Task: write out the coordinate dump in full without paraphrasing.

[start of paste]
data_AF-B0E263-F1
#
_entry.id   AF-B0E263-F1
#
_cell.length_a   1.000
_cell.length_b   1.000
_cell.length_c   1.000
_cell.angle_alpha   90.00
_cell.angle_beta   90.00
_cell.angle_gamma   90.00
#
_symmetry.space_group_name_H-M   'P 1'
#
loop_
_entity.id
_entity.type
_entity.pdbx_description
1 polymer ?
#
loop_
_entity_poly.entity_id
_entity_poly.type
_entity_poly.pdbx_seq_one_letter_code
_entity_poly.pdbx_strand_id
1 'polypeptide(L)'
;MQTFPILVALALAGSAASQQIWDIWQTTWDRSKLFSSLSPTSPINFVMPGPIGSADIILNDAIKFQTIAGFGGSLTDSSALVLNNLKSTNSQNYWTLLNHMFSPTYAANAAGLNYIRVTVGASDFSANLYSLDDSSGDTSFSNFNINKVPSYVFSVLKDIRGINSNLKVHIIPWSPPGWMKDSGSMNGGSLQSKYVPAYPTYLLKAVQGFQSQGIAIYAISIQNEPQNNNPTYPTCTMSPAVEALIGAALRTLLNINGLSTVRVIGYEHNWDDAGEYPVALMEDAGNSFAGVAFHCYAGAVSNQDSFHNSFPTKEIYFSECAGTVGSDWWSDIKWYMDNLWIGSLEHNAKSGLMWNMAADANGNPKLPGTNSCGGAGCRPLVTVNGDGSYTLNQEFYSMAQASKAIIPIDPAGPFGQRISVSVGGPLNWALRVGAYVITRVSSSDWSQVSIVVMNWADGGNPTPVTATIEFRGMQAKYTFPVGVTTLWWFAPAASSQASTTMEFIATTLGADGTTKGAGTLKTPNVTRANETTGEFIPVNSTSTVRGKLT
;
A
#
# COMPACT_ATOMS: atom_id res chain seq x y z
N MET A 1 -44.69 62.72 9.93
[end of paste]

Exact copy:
data_AF-B0E263-F1
#
_entry.id   AF-B0E263-F1
#
_cell.length_a   1.000
_cell.length_b   1.000
_cell.length_c   1.000
_cell.angle_alpha   90.00
_cell.angle_beta   90.00
_cell.angle_gamma   90.00
#
_symmetry.space_group_name_H-M   'P 1'
#
loop_
_entity.id
_entity.type
_entity.pdbx_description
1 polymer ?
#
loop_
_entity_poly.entity_id
_entity_poly.type
_entity_poly.pdbx_seq_one_letter_code
_entity_poly.pdbx_strand_id
1 'polypeptide(L)'
;MQTFPILVALALAGSAASQQIWDIWQTTWDRSKLFSSLSPTSPINFVMPGPIGSADIILNDAIKFQTIAGFGGSLTDSSALVLNNLKSTNSQNYWTLLNHMFSPTYAANAAGLNYIRVTVGASDFSANLYSLDDSSGDTSFSNFNINKVPSYVFSVLKDIRGINSNLKVHIIPWSPPGWMKDSGSMNGGSLQSKYVPAYPTYLLKAVQGFQSQGIAIYAISIQNEPQNNNPTYPTCTMSPAVEALIGAALRTLLNINGLSTVRVIGYEHNWDDAGEYPVALMEDAGNSFAGVAFHCYAGAVSNQDSFHNSFPTKEIYFSECAGTVGSDWWSDIKWYMDNLWIGSLEHNAKSGLMWNMAADANGNPKLPGTNSCGGAGCRPLVTVNGDGSYTLNQEFYSMAQASKAIIPIDPAGPFGQRISVSVGGPLNWALRVGAYVITRVSSSDWSQVSIVVMNWADGGNPTPVTATIEFRGMQAKYTFPVGVTTLWWFAPAASSQASTTMEFIATTLGADGTTKGAGTLKTPNVTRANETTGEFIPVNSTSTVRGKLT
;
A
#
# COMPACT_ATOMS: atom_id res chain seq x y z
N MET A 1 -44.69 62.72 9.93